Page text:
The example signature-nearness association table 23 shown in FIG. 2 illustrates an example in which the text fragment representation comprises a single text fragment attribute, namely the font size. The signature font-size=9 identifies a group of eight text fragments having 9 point font size, and none of these text fragments is near an object of interest. Accordingly, it is concluded that the signature font-size=9 is not a caption signature. For example, the text fragments with 9 point font size may be small-font text indexing information in the top or bottom margin of the page. Similarly, the signature font-size=14 identifies a group of five text fragments having 14 point font size, and only one of these text fragments is near an object of interest. Again, it is readily concluded that the signature font-size=14 is not a caption signature. For example, the text fragments with 14 point font size may be headings or the like.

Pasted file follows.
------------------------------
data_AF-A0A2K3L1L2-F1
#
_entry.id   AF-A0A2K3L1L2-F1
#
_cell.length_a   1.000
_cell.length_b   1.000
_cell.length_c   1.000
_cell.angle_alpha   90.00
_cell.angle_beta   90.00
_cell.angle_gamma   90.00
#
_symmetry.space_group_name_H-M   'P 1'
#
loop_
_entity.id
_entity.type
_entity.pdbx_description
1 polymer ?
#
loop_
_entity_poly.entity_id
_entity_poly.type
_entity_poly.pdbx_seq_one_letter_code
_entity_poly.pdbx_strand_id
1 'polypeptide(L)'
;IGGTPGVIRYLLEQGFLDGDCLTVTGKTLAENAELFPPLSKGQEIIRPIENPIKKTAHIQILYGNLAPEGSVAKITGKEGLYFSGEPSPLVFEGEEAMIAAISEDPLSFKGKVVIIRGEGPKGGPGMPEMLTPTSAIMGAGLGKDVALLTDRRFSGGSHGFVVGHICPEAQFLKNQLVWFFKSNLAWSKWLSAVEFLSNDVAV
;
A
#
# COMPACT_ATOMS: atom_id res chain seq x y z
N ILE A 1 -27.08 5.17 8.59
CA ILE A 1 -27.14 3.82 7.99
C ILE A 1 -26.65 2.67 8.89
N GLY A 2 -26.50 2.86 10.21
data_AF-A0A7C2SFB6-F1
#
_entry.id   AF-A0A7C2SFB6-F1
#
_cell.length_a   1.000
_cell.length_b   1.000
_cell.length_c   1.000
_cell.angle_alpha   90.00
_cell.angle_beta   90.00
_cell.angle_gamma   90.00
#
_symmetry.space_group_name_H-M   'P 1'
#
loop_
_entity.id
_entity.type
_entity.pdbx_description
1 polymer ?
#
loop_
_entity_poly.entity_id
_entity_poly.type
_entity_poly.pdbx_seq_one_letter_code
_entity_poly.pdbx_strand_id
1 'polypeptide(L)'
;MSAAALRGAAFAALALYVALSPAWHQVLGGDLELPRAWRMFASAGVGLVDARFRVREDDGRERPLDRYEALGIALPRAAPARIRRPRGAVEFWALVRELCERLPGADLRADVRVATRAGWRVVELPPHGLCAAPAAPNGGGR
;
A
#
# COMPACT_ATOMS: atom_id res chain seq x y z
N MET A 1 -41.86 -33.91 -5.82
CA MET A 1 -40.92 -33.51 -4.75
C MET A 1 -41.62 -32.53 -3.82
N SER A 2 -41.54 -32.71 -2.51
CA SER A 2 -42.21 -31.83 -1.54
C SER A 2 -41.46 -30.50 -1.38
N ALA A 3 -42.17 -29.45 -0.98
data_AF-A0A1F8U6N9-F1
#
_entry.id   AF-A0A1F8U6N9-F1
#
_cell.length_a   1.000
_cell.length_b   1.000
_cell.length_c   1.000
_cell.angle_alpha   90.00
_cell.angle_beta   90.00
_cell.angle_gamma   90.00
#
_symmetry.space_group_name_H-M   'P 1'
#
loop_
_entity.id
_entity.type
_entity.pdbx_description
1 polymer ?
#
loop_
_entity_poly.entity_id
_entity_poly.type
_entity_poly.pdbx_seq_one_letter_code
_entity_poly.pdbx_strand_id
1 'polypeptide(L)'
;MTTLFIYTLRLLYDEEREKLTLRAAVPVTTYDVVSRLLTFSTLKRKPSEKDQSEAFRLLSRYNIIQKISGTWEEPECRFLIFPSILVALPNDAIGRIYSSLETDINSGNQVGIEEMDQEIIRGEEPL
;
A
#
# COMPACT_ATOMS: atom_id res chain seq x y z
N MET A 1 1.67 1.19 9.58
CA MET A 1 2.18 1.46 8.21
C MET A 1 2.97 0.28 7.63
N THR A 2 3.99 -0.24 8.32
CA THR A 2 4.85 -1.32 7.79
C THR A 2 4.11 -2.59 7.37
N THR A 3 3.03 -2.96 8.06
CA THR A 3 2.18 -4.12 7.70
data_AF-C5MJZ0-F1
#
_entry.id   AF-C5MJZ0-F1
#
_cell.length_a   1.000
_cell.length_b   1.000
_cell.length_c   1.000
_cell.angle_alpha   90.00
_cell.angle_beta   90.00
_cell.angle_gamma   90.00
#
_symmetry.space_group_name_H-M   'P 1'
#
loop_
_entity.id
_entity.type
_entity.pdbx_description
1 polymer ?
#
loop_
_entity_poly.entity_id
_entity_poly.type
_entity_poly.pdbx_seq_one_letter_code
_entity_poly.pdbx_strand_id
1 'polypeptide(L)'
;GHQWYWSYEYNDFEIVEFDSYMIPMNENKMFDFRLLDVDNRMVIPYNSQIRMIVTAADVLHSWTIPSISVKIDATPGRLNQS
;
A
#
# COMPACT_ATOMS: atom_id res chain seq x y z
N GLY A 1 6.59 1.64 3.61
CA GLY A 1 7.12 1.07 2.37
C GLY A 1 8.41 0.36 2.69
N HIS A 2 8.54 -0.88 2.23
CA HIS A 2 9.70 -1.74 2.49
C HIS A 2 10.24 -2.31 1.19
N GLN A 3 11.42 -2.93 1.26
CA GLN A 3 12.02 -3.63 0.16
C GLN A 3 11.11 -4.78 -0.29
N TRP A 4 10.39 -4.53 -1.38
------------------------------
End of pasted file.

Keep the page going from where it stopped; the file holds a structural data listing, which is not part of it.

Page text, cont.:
On the other hand, the signature font-size=10 identifies a group of nineteen text fragments having 10 point font size, and all but two of these text fragments are near an object of interest. Accordingly, it is readily concluded that the signature font-size=10 is a caption signature. That is, text fragments with font-size=10 are identifiable as captions. Note that this conclusion is arrived at without any a priori assumption about which font size is used for captions.

To complete discussion of the example signature-nearness association table 23 shown in FIG. 2, the signature font-size=12 identifies a group of 417 text fragments having 14 point font size. Of this large number of text fragments, fifteen are near an object of interest, while 402 are not near an object. Accordingly, it is again readily concluded that the signature font-size=14 is not a caption signature. Indeed, it is likely that the signature font-size=12 is the normal text signature which in some embodiments is filtered out by the optional normal text fragments filter 14. This optional filtering is indicated in FIG. 2 by showing the information for signature font-size=12 in grayed text—in embodiments employing the filter 14, the signature font-size=12 row of signature-nearness association table 23 is omitted because the text fragments having the normal signature font-size=12 are not considered by the signature-nearness associator 22 as potential captions.